One day I asked myself, “If someone were to give me the complete freedom to shoot anything I wanted with an unlimited budget, what would that be?” This was meant to be an existential question about who I wanted to be in the future as a photographer. The answer changed my life as a photographer and might change yours as well.
Photography gets under your skin. It burrows itself into your soul and infects you for a lifetime. It chooses you. When you meet other people who also love photography, their energy is infectious and it’s deeply inspiring to be around. They understand your obsession. And they want to talk about the virus that’s infected us all.
When I started using Speedlights, I was hoping that I might be able to use them for some of my work without feeling like I was cheating my clients. A few months and many projects later, the only one I feel like I’ve been cheating is myself—for not ditching the studio gear more often. These days my Speedlights are getting a very regular workout and I feel pretty foolish for not looking into them years ago.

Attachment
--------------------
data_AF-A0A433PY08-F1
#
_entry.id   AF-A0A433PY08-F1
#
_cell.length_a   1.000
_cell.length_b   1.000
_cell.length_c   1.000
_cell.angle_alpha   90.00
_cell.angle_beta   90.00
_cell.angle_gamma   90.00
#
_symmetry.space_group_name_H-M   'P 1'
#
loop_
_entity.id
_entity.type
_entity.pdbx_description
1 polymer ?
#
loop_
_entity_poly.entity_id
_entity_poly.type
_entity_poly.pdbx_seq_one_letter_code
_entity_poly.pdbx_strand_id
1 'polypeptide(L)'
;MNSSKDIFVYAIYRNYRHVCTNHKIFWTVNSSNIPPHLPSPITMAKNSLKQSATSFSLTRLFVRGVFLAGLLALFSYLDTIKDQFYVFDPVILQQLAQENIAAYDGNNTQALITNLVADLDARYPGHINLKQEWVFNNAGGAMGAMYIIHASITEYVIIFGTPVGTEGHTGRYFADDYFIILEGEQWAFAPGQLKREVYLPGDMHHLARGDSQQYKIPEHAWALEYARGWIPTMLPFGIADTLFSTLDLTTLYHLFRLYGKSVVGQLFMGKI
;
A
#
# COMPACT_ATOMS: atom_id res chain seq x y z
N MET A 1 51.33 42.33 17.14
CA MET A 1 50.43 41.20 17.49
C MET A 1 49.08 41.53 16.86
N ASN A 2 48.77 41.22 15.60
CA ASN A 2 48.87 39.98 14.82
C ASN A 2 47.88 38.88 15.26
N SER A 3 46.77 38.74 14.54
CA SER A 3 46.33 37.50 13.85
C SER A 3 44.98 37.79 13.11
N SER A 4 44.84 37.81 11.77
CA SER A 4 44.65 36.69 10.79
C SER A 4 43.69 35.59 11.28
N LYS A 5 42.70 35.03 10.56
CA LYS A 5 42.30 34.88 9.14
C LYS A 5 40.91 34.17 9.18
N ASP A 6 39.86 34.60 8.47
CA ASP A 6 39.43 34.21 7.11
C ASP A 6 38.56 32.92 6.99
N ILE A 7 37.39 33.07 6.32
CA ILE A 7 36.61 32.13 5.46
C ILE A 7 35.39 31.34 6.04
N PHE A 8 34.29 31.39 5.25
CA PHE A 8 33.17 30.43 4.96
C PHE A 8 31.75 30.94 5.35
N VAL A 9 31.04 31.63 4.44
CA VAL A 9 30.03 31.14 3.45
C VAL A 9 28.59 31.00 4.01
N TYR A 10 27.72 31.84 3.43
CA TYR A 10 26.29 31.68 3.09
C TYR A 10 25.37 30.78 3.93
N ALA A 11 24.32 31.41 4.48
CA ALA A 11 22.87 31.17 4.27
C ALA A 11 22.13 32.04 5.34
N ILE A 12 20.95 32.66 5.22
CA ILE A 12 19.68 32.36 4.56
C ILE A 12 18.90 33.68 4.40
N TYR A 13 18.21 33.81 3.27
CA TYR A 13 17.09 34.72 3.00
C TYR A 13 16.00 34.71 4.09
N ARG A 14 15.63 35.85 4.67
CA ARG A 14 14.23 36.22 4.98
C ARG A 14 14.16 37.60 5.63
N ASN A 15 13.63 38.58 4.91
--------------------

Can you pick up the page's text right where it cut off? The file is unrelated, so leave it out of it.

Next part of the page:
There are precious few careers that can put you on a major league baseball field one day, in a helicopter the next day, and on a movie set the following day. It’s a true gift to find something to do with your life that sustains your soul and spirit. It’s like finally discovering “the one.” When you find that connection, the depth of the love is undeniable. It weaves itself into your very being and remains there until the day you die.
Do you really want to do what’s necessary to become the best photographer you can be, or are you more drawn to the idea of being a photographer and the trappings that come with it? If you’re just beginning on your path, I think it’s a fair question to ask yourself. And it demands a soul-searching answer. In other words, as my friend Dave Black likes to say, “Are you all in?”
Nearly every successful photographer I know has selected at least one shooter from which to borrow, steal, sample, appropriate, or use as inspiration the lessons someone else has learned. And to be clear, it’s not their pictures that should be appropriated, it’s their wisdom. Modeling is the compass that anyone trying to navigate the business of photography will wisely use to reach their destination with as few detours as possible.